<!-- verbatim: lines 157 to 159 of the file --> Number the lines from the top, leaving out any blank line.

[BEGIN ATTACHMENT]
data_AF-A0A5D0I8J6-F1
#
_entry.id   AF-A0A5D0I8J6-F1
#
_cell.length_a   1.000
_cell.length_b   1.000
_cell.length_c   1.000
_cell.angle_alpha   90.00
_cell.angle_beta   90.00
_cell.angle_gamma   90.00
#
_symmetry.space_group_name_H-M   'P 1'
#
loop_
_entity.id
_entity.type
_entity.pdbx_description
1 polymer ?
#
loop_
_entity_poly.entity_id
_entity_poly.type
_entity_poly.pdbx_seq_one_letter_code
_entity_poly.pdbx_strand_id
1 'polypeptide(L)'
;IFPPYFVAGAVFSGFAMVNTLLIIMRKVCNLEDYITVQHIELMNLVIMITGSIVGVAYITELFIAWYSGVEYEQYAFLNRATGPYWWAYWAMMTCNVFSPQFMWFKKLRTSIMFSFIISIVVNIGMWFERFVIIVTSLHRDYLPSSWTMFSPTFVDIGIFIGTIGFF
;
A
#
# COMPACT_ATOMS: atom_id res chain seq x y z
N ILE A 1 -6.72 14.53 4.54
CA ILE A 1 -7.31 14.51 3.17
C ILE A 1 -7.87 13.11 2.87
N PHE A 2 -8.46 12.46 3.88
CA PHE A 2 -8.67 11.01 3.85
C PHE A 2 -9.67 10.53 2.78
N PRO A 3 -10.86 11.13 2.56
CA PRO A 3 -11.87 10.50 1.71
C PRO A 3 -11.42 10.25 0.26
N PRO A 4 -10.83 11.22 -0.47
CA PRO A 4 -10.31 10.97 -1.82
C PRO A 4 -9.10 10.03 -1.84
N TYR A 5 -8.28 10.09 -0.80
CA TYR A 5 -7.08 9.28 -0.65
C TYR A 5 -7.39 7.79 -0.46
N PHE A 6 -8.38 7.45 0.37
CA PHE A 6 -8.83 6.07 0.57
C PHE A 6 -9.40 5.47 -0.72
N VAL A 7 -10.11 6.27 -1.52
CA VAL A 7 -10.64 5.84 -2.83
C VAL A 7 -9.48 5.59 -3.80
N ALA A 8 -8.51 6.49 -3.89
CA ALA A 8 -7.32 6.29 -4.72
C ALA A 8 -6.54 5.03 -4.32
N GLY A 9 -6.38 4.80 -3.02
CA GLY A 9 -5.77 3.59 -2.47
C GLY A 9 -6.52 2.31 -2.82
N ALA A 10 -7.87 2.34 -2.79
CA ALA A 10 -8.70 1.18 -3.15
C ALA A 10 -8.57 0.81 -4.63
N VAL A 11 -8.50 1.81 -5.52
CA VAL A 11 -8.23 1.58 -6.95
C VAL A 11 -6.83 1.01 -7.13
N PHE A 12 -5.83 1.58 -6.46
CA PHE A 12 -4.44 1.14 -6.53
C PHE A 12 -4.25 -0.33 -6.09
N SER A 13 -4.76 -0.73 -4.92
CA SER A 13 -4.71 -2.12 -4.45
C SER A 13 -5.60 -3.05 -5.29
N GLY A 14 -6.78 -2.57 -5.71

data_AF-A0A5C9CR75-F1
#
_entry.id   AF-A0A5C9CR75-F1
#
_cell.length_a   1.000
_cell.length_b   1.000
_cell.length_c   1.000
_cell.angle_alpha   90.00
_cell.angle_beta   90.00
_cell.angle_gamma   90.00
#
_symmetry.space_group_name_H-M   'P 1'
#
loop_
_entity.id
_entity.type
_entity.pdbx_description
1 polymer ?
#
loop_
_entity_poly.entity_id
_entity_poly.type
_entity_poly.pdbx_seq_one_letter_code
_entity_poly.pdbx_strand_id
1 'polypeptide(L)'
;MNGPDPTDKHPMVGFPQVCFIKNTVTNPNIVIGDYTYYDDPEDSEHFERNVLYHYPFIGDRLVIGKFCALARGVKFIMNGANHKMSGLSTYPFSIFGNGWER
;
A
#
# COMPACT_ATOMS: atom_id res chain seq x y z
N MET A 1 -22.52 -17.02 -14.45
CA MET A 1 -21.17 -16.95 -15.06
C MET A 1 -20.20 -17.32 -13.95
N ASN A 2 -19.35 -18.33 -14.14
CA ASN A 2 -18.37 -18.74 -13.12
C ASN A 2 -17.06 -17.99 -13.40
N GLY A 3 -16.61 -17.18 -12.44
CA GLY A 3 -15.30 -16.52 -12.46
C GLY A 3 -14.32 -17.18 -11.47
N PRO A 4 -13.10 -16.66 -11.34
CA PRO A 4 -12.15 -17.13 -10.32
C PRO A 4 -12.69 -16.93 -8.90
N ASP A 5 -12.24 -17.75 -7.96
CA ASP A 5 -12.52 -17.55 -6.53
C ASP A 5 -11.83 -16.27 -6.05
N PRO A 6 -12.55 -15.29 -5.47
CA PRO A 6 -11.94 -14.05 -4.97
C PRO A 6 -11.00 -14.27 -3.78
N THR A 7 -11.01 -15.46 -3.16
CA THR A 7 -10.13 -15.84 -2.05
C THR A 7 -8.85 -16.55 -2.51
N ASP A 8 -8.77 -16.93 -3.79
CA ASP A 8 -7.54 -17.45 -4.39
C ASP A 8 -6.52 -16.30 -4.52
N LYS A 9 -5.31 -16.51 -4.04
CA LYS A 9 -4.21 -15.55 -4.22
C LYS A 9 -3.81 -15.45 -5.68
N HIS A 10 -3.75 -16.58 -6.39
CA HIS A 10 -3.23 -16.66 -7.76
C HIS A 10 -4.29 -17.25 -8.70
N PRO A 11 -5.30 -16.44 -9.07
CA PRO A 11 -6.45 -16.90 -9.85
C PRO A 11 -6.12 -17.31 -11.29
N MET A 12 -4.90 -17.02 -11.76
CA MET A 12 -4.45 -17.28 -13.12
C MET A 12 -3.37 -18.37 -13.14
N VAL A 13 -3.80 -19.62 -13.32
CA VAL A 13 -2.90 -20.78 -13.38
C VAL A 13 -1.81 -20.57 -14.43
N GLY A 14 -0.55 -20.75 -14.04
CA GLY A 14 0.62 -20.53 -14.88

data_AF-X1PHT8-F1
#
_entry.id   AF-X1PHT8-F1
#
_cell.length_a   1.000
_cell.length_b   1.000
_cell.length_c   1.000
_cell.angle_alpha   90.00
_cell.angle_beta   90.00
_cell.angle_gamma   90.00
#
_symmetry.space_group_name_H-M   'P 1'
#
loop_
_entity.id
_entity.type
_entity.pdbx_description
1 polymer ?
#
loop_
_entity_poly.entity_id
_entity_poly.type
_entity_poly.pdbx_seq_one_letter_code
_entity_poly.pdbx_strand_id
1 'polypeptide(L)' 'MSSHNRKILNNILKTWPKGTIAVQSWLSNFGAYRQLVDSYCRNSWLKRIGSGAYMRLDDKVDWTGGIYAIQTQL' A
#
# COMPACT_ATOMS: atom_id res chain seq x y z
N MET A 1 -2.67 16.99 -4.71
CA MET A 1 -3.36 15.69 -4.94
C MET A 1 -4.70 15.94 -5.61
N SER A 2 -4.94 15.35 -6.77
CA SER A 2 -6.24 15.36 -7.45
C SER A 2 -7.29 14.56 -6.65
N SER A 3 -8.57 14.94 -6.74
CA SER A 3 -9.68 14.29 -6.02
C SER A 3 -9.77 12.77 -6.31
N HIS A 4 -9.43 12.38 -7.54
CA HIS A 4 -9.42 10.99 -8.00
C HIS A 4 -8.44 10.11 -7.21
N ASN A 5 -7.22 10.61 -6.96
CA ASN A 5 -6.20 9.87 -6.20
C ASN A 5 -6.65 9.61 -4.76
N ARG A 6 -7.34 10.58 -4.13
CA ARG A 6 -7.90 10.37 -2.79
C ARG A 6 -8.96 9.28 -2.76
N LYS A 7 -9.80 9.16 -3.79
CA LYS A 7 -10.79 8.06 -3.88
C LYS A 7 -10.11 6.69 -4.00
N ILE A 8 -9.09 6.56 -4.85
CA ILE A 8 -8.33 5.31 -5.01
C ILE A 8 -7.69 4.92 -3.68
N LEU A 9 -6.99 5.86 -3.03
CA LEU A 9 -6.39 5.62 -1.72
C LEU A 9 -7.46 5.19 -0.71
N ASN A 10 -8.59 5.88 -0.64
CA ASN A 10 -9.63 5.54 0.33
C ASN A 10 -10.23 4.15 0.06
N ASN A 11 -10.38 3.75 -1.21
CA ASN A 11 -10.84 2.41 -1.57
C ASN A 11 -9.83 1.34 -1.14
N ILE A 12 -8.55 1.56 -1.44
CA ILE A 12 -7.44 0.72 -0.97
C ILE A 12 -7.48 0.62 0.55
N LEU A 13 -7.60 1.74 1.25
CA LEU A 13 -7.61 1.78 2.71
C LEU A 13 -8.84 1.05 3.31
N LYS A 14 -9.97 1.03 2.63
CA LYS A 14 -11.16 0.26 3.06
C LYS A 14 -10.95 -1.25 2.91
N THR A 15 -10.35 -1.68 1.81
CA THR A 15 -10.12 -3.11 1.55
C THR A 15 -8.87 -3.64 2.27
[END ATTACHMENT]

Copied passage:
_entity.type
_entity.pdbx_description
1 polymer ?